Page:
928 F.3d 439, 445 (5th Cir. 2019). But “conclusory
allegations, speculation, and unsubstantiated assertions are
inadequate” to establish the existence of such a
dispute. Id. at 444; see also Forsyth v.
Barr, 19 F.3d 1527, 1533 (5th Cir. 1994). A party
opposing summary judgment must “identify specific
evidence in the record, and . . . articulate the precise
manner in which that evidence supports their claim.”
Willis v. Cleco Corp., 749 F.3d 314, 317 (5th Cir.
2014) (cleaned up).
under the “sham-affidavit” rule, a nonmovant
“may not manufacture a dispute of fact merely to defeat
a motion for summary judgment.” Doe ex rel. Doe v.
Dallas Indep. Sch. Dist., 220 F.3d 380, 386 (5th Cir.
2000). If a nonmovant offers a declaration that contradicts
his earlier testimony, a court should disregard the new
statement unless “sufficiently persuasive reasons are
given” for the change. EBC, Inc. v. Clark Bldg.
Sys., Inc., 618 F.3d 253, 270 (3d Cir. 2010).
College invokes both of those doctrines. First, it argues
that Holmes's statement in his declaration that he
“expressed Title IX concerns” is conclusory and
is insufficient to create a genuine factual dispute about
whether Holmes complained of sex discrimination. Second, Tex
a s College argues that Holmes's declaration contradicts
his earlier deposition and should be disregarded under the
sham-affidavit rule. The court finds both arguments
Holmes's mere statement that he “expressed Title IX
concerns” is conclusory and is unsubstantiated by any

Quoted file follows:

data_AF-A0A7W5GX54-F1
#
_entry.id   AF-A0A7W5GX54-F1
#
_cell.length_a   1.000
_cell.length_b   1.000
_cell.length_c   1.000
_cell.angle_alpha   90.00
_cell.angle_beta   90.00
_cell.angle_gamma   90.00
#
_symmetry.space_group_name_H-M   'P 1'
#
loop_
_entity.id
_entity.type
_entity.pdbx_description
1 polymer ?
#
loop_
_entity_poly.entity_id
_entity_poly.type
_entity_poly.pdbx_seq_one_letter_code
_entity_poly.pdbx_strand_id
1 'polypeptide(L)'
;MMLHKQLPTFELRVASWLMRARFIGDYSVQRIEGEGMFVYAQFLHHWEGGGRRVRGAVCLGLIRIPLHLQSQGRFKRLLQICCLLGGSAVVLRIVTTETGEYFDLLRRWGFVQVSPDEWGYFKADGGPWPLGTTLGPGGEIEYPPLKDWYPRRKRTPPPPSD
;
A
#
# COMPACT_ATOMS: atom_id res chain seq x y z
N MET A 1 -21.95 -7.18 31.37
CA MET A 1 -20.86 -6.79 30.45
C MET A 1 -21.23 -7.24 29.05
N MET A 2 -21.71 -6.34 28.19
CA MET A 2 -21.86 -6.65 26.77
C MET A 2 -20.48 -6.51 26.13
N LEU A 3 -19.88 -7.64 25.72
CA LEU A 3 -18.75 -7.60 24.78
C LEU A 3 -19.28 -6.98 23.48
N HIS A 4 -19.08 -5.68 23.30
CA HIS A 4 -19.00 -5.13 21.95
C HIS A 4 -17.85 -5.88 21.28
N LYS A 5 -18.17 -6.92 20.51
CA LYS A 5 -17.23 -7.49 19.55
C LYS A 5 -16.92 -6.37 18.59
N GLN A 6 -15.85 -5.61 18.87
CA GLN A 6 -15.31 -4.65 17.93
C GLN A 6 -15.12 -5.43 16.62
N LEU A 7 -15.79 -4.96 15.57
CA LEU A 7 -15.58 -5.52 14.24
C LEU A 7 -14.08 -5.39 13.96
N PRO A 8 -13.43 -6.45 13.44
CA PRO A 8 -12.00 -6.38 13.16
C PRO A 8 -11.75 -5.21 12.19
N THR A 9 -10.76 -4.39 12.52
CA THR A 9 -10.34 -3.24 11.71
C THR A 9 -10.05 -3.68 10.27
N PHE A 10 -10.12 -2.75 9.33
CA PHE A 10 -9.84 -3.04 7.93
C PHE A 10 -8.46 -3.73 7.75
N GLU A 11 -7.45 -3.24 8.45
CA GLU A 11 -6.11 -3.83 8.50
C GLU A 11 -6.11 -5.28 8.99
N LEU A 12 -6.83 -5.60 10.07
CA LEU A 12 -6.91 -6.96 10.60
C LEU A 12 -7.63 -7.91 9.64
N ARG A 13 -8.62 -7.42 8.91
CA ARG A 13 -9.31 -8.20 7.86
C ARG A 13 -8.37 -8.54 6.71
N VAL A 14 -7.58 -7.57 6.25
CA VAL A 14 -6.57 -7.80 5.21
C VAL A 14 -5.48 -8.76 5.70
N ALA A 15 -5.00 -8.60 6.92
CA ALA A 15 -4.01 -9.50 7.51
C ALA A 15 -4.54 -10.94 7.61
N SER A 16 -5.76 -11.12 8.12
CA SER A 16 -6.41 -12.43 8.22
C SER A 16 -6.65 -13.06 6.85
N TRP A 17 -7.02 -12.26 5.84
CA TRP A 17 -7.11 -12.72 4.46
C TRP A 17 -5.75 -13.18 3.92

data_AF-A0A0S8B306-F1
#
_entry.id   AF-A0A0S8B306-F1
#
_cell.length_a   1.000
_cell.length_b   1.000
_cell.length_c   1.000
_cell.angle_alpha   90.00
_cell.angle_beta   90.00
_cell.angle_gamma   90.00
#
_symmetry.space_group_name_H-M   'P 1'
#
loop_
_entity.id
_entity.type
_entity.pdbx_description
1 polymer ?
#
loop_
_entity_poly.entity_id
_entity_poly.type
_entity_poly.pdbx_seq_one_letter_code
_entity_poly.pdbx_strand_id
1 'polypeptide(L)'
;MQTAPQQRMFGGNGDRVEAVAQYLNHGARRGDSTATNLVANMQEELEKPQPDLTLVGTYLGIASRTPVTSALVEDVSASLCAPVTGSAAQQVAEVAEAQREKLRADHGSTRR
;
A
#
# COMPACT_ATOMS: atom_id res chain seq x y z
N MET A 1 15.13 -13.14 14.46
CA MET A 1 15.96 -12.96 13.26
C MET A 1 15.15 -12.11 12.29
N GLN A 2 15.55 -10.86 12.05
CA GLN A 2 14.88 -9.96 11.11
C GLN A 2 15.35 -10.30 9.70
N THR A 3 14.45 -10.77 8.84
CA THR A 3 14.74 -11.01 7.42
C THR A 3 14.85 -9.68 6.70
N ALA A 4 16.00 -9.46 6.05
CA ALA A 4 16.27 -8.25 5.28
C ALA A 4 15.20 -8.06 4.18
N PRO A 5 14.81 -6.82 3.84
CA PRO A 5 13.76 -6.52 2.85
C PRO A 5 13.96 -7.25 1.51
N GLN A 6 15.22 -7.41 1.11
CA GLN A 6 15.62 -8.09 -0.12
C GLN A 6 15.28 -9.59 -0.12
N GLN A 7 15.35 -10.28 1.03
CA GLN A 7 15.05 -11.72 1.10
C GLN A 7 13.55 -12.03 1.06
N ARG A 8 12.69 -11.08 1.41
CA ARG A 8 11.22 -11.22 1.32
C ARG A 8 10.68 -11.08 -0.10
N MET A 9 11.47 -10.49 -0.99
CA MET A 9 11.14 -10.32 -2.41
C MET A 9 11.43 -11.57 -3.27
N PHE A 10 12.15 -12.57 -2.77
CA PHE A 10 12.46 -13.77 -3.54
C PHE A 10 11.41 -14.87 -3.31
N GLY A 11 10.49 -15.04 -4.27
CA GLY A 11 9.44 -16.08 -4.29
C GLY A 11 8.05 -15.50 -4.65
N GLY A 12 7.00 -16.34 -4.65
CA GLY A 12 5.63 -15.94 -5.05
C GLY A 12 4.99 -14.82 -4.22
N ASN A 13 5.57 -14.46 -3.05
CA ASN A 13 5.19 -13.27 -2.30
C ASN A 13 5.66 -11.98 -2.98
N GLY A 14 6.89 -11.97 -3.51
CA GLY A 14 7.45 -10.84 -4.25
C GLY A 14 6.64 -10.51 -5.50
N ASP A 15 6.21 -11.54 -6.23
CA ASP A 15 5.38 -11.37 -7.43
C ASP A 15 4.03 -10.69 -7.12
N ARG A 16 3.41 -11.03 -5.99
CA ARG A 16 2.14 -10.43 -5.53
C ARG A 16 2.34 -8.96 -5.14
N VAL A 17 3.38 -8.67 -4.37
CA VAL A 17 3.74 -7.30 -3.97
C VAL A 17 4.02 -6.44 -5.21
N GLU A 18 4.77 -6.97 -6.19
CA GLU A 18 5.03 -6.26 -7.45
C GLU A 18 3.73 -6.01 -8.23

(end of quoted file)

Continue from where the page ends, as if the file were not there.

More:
detail. See Bargher, 928 F.3d at 444. Without any
evidence in the summary-judgment record about what
specifically Holmes allegedly complained about, the court
cannot review any such alleged complaint to determine whether
it falls within the legal protections of Title IX.
Holmes's conclusory statement that he made a complaint
covered by Title IX does not relieve the court of its
responsibility to review that legal issue-and thus determine
whether any factual dispute potentially raised by
Holmes's declaration is legally material. As the Fifth
Circuit has explained, a person's objection is not
protected from retaliation under Title IX simply because it
concerns women's sports; rather, the objection must be
“related to gender inequality.” Minnis v. Bd.
of Sup'rs, 620 Fed.Appx. 215, 222 (5th Cir. 2015)
(unpublished). But Holmes's alleged objection was never
put in writing and is not specified in his recent
declaration. Whether Holmes's allegedly expressed
concerns were “Title IX concerns” that are
protected from retaliation is a conclusion of law.
Holmes's mere assertion of that legal conclusion is not
evidence that allows the court to review whether any factual
dispute could allow the jury to find for Holmes on this
element of his claim.
and independently, Holmes's declaration violates the
sham-affidavit rule. See Dallas Indep. Sch. Dist.,
220 F.3d at 386. A party cannot defeat summary judgment by
submiting an affidavit “that impeaches, without
explanation, ” his previous deposition testimony.
S.W.S. Erectors, Inc. v. Infax, Inc., 72 F.3d 489,
495 (5th Cir. 1996). Holmes's deposition testimony that
he “was in total agreement with the fact that they
[were] going to make drastic cuts to those girls'”
scholarships is inconsistent with his later declaration that
he objected in the meeting to those same cuts. Plaintiff
offers no explanation for the change. Under the
sham-affidavit rule as well, Holmes's declaration is
insufficient to show a genuine factual dispute on an
essential element of his claim.
Texas College is entitled to summary judgment, which the